A Fringe for everyone - and those in-between

Friday, 12 March 2004

The Adelaide Fringe Festival's success is due in large part to it allowing people to break free from their normal structure in society and experience everyone as equals, says a renowned anthropologist at the University of Adelaide.

Professor John Gray, Head of the University of Adelaide's School of Social Sciences, says from an anthropological perspective, the Fringe allows people from all backgrounds to escape the structure of their normal lives and join in an event common to all.

"Most of our lives are arranged in states of highly complex and evolved structures, like family, work, religion and government," Professor Gray says. "The Fringe represents a chance to get outside of these structures, even if it's only momentarily.

"Attending the Fringe also promotes a strong sense of egalitarianism, that it treats people as equals. You might be sitting next to the Premier, or the CEO of a big business, and in the sense of the Fringe you shed your everyday statuses and are simply two people enjoying a show."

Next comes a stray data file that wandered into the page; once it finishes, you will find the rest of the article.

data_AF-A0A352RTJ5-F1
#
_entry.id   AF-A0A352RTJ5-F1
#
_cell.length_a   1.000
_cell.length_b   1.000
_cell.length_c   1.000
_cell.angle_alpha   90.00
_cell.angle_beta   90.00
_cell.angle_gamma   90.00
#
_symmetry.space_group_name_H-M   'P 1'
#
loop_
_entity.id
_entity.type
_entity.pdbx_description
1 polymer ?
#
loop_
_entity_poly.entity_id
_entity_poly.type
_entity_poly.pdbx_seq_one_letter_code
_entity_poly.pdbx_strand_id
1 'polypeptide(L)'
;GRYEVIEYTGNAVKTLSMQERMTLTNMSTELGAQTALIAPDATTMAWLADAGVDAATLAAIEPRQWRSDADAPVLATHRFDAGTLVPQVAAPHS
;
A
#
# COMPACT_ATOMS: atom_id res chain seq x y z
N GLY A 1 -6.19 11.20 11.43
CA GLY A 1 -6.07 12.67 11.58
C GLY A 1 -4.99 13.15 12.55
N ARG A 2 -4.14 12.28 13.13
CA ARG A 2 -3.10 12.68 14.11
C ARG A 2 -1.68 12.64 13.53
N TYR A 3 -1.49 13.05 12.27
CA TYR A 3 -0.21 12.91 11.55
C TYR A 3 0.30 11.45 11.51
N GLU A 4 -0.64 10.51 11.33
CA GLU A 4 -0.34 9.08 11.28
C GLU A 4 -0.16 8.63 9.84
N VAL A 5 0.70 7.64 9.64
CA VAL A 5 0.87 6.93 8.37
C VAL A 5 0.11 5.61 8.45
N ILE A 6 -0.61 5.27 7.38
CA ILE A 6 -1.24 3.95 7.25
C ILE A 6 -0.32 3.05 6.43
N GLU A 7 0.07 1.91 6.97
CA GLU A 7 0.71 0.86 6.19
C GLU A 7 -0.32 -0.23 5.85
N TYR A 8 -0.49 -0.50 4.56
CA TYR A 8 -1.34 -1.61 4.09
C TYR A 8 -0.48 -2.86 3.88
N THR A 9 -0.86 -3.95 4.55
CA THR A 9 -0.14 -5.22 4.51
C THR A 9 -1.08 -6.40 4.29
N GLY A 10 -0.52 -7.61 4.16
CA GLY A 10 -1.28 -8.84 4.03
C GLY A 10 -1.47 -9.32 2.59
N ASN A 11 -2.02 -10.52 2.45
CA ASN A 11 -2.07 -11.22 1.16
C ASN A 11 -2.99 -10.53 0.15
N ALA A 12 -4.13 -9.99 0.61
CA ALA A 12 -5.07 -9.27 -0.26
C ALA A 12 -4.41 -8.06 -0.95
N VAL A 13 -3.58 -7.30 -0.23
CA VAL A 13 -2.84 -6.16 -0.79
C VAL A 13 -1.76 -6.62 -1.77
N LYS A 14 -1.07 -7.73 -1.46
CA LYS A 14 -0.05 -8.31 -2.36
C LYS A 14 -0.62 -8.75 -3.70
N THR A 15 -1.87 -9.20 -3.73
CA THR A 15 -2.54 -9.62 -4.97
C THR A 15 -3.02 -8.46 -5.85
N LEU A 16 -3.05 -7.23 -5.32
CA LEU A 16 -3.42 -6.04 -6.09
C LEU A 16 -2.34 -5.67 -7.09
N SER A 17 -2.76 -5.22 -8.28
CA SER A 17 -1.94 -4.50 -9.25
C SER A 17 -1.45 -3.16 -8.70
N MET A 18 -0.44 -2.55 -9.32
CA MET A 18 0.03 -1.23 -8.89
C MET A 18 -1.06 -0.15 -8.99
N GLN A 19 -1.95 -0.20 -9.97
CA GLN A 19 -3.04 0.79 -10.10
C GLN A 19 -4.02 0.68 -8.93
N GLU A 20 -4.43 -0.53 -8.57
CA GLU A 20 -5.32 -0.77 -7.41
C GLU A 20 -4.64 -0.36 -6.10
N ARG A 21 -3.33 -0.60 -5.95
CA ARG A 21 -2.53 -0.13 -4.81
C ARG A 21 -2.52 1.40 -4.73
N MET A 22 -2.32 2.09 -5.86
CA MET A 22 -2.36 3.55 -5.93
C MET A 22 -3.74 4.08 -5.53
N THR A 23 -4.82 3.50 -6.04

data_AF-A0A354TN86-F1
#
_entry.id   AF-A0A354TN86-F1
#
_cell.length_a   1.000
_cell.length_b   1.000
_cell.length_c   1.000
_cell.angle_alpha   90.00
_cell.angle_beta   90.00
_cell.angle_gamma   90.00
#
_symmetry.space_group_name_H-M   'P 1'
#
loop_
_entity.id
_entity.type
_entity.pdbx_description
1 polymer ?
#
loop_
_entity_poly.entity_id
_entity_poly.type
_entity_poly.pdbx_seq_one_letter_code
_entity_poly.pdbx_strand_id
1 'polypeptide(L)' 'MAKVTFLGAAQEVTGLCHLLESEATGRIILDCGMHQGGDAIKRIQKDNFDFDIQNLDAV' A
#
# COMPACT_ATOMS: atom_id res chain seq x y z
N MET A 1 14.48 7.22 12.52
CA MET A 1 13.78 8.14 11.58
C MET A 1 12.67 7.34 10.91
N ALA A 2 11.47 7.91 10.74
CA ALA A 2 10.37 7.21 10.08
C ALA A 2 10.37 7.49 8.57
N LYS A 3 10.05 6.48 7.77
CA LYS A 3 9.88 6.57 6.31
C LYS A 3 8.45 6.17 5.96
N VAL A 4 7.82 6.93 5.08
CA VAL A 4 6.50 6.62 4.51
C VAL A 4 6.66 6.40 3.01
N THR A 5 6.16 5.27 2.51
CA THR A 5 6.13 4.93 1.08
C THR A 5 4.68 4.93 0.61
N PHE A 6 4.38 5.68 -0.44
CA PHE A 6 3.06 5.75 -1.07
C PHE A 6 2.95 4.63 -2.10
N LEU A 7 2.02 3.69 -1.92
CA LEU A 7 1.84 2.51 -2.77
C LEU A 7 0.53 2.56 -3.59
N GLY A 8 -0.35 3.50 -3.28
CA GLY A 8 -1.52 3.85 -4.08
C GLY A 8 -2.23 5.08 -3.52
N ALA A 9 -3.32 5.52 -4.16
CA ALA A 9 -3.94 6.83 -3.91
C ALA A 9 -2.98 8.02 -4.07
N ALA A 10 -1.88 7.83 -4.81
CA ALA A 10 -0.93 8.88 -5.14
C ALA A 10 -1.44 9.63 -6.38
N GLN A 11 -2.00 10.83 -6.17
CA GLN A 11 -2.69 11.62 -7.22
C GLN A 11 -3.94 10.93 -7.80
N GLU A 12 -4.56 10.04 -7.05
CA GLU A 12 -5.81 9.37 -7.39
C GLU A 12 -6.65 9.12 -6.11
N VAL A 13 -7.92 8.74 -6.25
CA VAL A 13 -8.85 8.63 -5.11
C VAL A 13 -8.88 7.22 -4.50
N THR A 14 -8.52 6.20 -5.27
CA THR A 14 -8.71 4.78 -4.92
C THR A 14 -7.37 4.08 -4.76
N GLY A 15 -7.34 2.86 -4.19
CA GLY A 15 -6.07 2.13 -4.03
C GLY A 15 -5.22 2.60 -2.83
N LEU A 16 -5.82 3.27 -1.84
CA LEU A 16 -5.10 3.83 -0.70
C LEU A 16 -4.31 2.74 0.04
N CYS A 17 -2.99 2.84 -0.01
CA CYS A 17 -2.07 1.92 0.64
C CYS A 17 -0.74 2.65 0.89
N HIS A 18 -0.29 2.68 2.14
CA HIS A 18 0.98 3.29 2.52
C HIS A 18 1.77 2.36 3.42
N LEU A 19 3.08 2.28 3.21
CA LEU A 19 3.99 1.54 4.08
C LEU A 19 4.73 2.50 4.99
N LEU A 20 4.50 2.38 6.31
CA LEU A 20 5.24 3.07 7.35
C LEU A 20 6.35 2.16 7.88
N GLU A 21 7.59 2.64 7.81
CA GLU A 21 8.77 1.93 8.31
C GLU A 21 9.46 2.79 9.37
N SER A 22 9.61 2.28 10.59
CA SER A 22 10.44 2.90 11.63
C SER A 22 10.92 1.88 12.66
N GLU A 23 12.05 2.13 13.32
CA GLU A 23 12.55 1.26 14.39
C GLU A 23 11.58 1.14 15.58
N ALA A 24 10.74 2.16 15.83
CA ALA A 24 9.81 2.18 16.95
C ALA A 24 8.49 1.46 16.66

Professor Gray says the way people experience the Fringe can be explained in an anthropological sense.

"Many countries and groups of people have highly ritualised societies where a great deal of importance is placed on moving from one status in life to the next: for example, being born, becoming an adult, graduating, getting married or dying," he says.

"But to get to the new state from the old state, there is also a state of 'in-between'. In industrialised countries, like Australia, we also have events that have this 'in-between' character-the Fringe is one of them.

"The Fringe is in-between in at least a couple of ways: it's in-between the seasons of Summer and Autumn, and it's held primarily in the grounds of the University of Adelaide and the Eastern Parklands, both of which are not quite in the CBD or the suburbs either.

"Such an in-between state comes with it own meanings: it's a state of high potential, of newness, of exploration and of creativity - or in other words, exactly how many people experience the Fringe."


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